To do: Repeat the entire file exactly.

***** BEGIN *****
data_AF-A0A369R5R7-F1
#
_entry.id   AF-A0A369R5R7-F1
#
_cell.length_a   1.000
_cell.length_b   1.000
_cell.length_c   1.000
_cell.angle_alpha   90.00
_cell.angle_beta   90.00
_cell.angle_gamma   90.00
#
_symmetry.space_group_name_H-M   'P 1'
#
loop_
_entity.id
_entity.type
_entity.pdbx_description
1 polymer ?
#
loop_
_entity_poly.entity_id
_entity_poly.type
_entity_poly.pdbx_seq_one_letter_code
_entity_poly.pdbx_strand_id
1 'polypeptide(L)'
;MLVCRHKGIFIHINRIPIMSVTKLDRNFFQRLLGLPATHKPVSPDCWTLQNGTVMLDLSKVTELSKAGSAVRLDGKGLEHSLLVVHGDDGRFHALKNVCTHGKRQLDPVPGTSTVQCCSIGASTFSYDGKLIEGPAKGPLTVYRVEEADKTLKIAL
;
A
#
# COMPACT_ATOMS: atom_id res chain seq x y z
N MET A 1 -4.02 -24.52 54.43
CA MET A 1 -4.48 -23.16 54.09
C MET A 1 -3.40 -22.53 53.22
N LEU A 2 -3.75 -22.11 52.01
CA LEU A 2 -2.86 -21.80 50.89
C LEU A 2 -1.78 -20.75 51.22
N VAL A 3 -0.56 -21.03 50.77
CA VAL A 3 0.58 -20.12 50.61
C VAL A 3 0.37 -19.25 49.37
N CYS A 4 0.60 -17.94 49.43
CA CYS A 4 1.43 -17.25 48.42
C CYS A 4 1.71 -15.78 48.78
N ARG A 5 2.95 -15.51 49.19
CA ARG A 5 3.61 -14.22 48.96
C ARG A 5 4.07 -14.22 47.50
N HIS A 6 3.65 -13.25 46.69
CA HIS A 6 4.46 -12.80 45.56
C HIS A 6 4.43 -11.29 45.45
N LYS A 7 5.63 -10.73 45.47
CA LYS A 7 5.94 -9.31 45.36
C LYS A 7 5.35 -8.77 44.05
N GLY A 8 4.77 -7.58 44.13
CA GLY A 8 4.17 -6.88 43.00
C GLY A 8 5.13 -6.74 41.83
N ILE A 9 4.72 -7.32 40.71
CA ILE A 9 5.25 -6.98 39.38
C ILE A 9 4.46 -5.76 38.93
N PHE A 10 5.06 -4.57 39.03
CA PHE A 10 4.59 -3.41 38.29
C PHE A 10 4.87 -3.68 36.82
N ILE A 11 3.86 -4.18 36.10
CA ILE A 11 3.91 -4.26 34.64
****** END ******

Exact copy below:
data_AF-A0A369R5R7-F1
#
_entry.id   AF-A0A369R5R7-F1
#
_cell.length_a   1.000
_cell.length_b   1.000
_cell.length_c   1.000
_cell.angle_alpha   90.00
_cell.angle_beta   90.00
_cell.angle_gamma   90.00
#
_symmetry.space_group_name_H-M   'P 1'
#
loop_
_entity.id
_entity.type
_entity.pdbx_description
1 polymer ?
#
loop_
_entity_poly.entity_id
_entity_poly.type
_entity_poly.pdbx_seq_one_letter_code
_entity_poly.pdbx_strand_id
1 'polypeptide(L)'
;MLVCRHKGIFIHINRIPIMSVTKLDRNFFQRLLGLPATHKPVSPDCWTLQNGTVMLDLSKVTELSKAGSAVRLDGKGLEHSLLVVHGDDGRFHALKNVCTHGKRQLDPVPGTSTVQCCSIGASTFSYDGKLIEGPAKGPLTVYRVEEADKTLKIAL
;
A
#
# COMPACT_ATOMS: atom_id res chain seq x y z
N MET A 1 -4.02 -24.52 54.43
CA MET A 1 -4.48 -23.16 54.09
C MET A 1 -3.40 -22.53 53.22
N LEU A 2 -3.75 -22.11 52.01
CA LEU A 2 -2.86 -21.80 50.89
C LEU A 2 -1.78 -20.75 51.22
N VAL A 3 -0.56 -21.03 50.77
CA VAL A 3 0.58 -20.12 50.61
C VAL A 3 0.37 -19.25 49.37
N CYS A 4 0.60 -17.94 49.43
CA CYS A 4 1.43 -17.25 48.42
C CYS A 4 1.71 -15.78 48.78
N ARG A 5 2.95 -15.51 49.19
CA ARG A 5 3.61 -14.22 48.96
C ARG A 5 4.07 -14.22 47.50
N HIS A 6 3.65 -13.25 46.69
CA HIS A 6 4.46 -12.80 45.56
C HIS A 6 4.43 -11.29 45.45
N LYS A 7 5.63 -10.73 45.47
CA LYS A 7 5.94 -9.31 45.36
C LYS A 7 5.35 -8.77 44.05
N GLY A 8 4.77 -7.58 44.13
CA GLY A 8 4.17 -6.88 43.00
C GLY A 8 5.13 -6.74 41.83
N ILE A 9 4.72 -7.32 40.71
CA ILE A 9 5.25 -6.98 39.38
C ILE A 9 4.46 -5.76 38.93
N PHE A 10 5.06 -4.57 39.03
CA PHE A 10 4.59 -3.41 38.29
C PHE A 10 4.87 -3.68 36.82
N ILE A 11 3.86 -4.18 36.10
CA ILE A 11 3.91 -4.26 34.64